A small mineral exploration company may be in the early innings of a new diamond discovery in Canada-- but will need some capital and further evidence to support its theory.

On Thursday, CanAlaska Uranium (TSXV:CVV) announced the staking of 75 kimberlite targets in Saskatchewan’s NW Athabasca Basin. The targets were developed from a 2011 airborne magnetic survey by the Saskatchewan Geological Survey. CanAlaska’s VP of Exploration, Dr. Karl Schimann, identified the targets with help from Dr. Jules Lajoie, CanAlaska’s contract geophysicist.

Saskatchewan’s Athabasca Basin is famous for uranium mining, not diamonds. The portion of the Basin staked by CanAlaska is under-explored because the basement rock is covered by 1-2 kilometres of sandstone. That basement rock is classified as Rae Province, the same group of rocks which host diamondiferous kimberlites in Nunavut. In addition, kimberlite fields in Alberta appear to be on the same structural trend as CanAlaska’s targets.'

Source: CanAlaska

"We have some distance to go to establish whether these targets are kimberlites, and then whether they contain diamonds,” Peter Dasler, CanAlaska’s CEO, cautioned.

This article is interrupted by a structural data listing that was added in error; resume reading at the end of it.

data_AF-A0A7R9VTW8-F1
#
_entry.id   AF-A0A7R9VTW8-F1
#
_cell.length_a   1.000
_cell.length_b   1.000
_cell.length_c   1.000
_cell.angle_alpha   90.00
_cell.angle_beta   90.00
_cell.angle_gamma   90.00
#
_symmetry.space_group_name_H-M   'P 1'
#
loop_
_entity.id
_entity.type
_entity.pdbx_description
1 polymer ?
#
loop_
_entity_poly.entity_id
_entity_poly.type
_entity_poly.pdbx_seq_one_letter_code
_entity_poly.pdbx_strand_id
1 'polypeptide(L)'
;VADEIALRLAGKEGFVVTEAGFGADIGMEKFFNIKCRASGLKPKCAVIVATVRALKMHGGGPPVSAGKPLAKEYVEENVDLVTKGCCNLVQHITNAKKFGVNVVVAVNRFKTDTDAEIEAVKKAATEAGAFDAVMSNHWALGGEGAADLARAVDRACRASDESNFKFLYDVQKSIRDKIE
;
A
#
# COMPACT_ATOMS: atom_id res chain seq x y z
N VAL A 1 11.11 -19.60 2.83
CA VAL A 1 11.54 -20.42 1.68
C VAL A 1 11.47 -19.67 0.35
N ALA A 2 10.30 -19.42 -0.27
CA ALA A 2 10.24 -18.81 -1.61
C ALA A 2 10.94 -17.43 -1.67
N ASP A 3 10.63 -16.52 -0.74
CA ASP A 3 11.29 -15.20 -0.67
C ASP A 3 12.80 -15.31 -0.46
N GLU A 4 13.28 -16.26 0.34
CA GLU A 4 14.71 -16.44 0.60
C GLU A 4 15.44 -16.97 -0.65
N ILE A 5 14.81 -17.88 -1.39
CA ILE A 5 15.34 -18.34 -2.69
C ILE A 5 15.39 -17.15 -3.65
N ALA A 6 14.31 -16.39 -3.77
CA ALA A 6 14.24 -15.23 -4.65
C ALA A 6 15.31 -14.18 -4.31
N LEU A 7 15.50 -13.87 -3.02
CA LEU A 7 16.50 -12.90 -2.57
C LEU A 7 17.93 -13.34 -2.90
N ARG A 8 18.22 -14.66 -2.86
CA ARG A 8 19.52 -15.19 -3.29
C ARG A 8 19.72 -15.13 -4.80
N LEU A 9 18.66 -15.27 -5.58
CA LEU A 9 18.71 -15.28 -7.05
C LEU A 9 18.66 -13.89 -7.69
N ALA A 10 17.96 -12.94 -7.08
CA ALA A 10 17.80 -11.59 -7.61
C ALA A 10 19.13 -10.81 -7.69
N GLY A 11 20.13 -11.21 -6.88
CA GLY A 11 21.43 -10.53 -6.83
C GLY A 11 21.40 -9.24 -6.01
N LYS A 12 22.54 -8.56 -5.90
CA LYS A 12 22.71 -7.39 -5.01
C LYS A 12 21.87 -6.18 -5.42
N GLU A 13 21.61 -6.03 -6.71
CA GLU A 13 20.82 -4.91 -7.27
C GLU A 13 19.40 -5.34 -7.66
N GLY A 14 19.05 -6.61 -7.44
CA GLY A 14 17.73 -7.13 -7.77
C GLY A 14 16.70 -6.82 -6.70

In conversation, Dasler said he expects to do some field work and indicator minerals sampling at the targets this year, and said drilling could potentially start in 2017.

“This is quite an amazing story,” veteran junior mining analyst John Kaiser said on Allan Barry Reports Friday. “[CanAlaska] realized there are all these discrete magnetic anomalies in here which have no obvious explanation. Nobody went into this area, because it is simply the most boring and useless part of the Athabasca Basin.”

CanAlaska follows the prospect generator business model of generating exploration targets and finding partners to pay for the drilling, and they will probably look to joint venture these kimberlite targets.

The company has other priority exploration projects in its portfolio including the NW Manitoba project, adjacent to Cameco’s McArthur River uranium mine and new Fox Lake discovery. There’s also the NW Manitoba project on option to Chuck Fipke’s Northern Uranium, and other projects and royalties.

CanAlaska has 22.068 million shares outstanding and last traded at 16.5 cents for an approx. $3.64 million market cap. The company had $1.2 million in cash at October 31, 2015.

Small mining and exploration stocks such as CanAlaska are very risky and volatile and not suitable for most investors. This article is intended for informational purposes only and is not investment or professional advice of any kind. As of Friday February 19th, 2016, CanAlaska is a new CEO.CA advertiser. At the time of writing, the author has no positions in any of the companies mentioned in the article, which could change without further notice. Read CanAlaska’s SEDAR profile and Annual Information Form for more information and important risk disclosures.